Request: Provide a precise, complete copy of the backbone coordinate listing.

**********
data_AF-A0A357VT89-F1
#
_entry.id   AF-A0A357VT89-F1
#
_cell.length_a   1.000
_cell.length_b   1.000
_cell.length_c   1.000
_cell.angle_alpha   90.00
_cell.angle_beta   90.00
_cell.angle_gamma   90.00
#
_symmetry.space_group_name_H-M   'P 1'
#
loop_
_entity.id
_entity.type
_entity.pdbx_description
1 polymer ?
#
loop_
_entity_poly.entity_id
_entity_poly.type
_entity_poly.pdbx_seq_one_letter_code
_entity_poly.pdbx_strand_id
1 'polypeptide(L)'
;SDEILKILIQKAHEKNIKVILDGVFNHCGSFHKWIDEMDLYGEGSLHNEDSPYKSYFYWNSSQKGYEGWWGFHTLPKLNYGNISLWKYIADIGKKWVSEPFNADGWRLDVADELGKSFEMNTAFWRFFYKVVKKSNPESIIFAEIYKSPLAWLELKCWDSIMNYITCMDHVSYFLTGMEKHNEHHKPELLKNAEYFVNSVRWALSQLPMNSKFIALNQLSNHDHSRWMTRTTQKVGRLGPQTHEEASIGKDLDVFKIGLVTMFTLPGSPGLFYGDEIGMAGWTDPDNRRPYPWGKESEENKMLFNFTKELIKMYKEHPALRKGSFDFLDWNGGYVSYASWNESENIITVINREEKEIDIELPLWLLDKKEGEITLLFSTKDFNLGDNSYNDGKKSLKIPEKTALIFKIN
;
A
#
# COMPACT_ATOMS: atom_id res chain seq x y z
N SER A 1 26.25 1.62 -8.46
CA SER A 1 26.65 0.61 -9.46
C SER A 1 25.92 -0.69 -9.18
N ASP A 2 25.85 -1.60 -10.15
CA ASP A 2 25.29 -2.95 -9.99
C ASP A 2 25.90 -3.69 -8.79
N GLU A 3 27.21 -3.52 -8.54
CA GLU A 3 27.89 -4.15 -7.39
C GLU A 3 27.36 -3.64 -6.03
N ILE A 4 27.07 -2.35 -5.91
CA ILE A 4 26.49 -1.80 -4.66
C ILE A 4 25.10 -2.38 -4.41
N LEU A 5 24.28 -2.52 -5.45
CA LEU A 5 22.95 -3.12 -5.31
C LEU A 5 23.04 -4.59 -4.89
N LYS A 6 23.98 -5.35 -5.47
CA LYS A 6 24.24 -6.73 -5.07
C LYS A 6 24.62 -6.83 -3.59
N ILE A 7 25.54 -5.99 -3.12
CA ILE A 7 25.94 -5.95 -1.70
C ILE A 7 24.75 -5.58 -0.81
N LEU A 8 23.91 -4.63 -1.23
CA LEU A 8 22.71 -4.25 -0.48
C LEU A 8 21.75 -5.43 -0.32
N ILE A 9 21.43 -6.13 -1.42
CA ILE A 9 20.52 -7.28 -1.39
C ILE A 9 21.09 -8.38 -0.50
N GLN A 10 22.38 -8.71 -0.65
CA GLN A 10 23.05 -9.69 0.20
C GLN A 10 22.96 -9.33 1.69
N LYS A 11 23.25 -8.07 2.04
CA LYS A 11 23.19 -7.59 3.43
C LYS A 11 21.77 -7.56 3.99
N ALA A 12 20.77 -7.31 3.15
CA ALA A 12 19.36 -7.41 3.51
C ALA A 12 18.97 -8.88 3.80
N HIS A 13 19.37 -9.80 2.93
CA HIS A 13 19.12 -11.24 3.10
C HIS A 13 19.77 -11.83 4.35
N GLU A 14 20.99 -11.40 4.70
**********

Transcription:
data_AF-A0A357VT89-F1
#
_entry.id   AF-A0A357VT89-F1
#
_cell.length_a   1.000
_cell.length_b   1.000
_cell.length_c   1.000
_cell.angle_alpha   90.00
_cell.angle_beta   90.00
_cell.angle_gamma   90.00
#
_symmetry.space_group_name_H-M   'P 1'
#
loop_
_entity.id
_entity.type
_entity.pdbx_description
1 polymer ?
#
loop_
_entity_poly.entity_id
_entity_poly.type
_entity_poly.pdbx_seq_one_letter_code
_entity_poly.pdbx_strand_id
1 'polypeptide(L)'
;SDEILKILIQKAHEKNIKVILDGVFNHCGSFHKWIDEMDLYGEGSLHNEDSPYKSYFYWNSSQKGYEGWWGFHTLPKLNYGNISLWKYIADIGKKWVSEPFNADGWRLDVADELGKSFEMNTAFWRFFYKVVKKSNPESIIFAEIYKSPLAWLELKCWDSIMNYITCMDHVSYFLTGMEKHNEHHKPELLKNAEYFVNSVRWALSQLPMNSKFIALNQLSNHDHSRWMTRTTQKVGRLGPQTHEEASIGKDLDVFKIGLVTMFTLPGSPGLFYGDEIGMAGWTDPDNRRPYPWGKESEENKMLFNFTKELIKMYKEHPALRKGSFDFLDWNGGYVSYASWNESENIITVINREEKEIDIELPLWLLDKKEGEITLLFSTKDFNLGDNSYNDGKKSLKIPEKTALIFKIN
;
A
#
# COMPACT_ATOMS: atom_id res chain seq x y z
N SER A 1 26.25 1.62 -8.46
CA SER A 1 26.65 0.61 -9.46
C SER A 1 25.92 -0.69 -9.18
N ASP A 2 25.85 -1.60 -10.15
CA ASP A 2 25.29 -2.95 -9.99
C ASP A 2 25.90 -3.69 -8.79
N GLU A 3 27.21 -3.52 -8.54
CA GLU A 3 27.89 -4.15 -7.39
C GLU A 3 27.36 -3.64 -6.03
N ILE A 4 27.07 -2.35 -5.91
CA ILE A 4 26.49 -1.80 -4.66
C ILE A 4 25.10 -2.38 -4.41
N LEU A 5 24.28 -2.52 -5.45
CA LEU A 5 22.95 -3.12 -5.31
C LEU A 5 23.04 -4.59 -4.89
N LYS A 6 23.98 -5.35 -5.47
CA LYS A 6 24.24 -6.73 -5.07
C LYS A 6 24.62 -6.83 -3.59
N ILE A 7 25.54 -5.99 -3.12
CA ILE A 7 25.94 -5.95 -1.70
C ILE A 7 24.75 -5.58 -0.81
N LEU A 8 23.91 -4.63 -1.23
CA LEU A 8 22.71 -4.25 -0.48
C LEU A 8 21.75 -5.43 -0.32
N ILE A 9 21.43 -6.13 -1.42
CA ILE A 9 20.52 -7.28 -1.39
C ILE A 9 21.09 -8.38 -0.50
N GLN A 10 22.38 -8.71 -0.65
CA GLN A 10 23.05 -9.69 0.20
C GLN A 10 22.96 -9.33 1.69
N LYS A 11 23.25 -8.07 2.04
CA LYS A 11 23.19 -7.59 3.43
C LYS A 11 21.77 -7.56 3.99
N ALA A 12 20.77 -7.31 3.15
CA ALA A 12 19.36 -7.41 3.51
C ALA A 12 18.97 -8.88 3.80
N HIS A 13 19.37 -9.80 2.93
CA HIS A 13 19.12 -11.24 3.10
C HIS A 13 19.77 -11.83 4.35
N GLU A 14 20.99 -11.40 4.70